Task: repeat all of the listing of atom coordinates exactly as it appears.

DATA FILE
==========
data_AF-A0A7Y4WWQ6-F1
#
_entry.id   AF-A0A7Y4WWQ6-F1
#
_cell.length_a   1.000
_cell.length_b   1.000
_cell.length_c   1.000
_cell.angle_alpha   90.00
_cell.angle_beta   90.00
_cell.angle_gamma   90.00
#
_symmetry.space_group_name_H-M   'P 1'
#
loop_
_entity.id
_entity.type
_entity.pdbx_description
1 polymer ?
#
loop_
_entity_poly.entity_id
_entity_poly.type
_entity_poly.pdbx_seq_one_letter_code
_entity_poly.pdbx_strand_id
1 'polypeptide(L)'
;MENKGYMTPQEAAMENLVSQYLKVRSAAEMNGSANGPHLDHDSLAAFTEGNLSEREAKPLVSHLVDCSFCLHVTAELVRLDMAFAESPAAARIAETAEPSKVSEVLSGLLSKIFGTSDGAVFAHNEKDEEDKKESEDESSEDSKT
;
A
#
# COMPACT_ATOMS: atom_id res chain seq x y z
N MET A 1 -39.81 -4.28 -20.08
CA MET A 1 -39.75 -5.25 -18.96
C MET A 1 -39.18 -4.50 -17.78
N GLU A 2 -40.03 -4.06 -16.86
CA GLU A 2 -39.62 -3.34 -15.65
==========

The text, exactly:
data_AF-A0A7Y4WWQ6-F1
#
_entry.id   AF-A0A7Y4WWQ6-F1
#
_cell.length_a   1.000
_cell.length_b   1.000
_cell.length_c   1.000
_cell.angle_alpha   90.00
_cell.angle_beta   90.00
_cell.angle_gamma   90.00
#
_symmetry.space_group_name_H-M   'P 1'
#
loop_
_entity.id
_entity.type
_entity.pdbx_description
1 polymer ?
#
loop_
_entity_poly.entity_id
_entity_poly.type
_entity_poly.pdbx_seq_one_letter_code
_entity_poly.pdbx_strand_id
1 'polypeptide(L)'
;MENKGYMTPQEAAMENLVSQYLKVRSAAEMNGSANGPHLDHDSLAAFTEGNLSEREAKPLVSHLVDCSFCLHVTAELVRLDMAFAESPAAARIAETAEPSKVSEVLSGLLSKIFGTSDGAVFAHNEKDEEDKKESEDESSEDSKT
;
A
#
# COMPACT_ATOMS: atom_id res chain seq x y z
N MET A 1 -39.81 -4.28 -20.08
CA MET A 1 -39.75 -5.25 -18.96
C MET A 1 -39.18 -4.50 -17.78
N GLU A 2 -40.03 -4.06 -16.86
CA GLU A 2 -39.62 -3.34 -15.65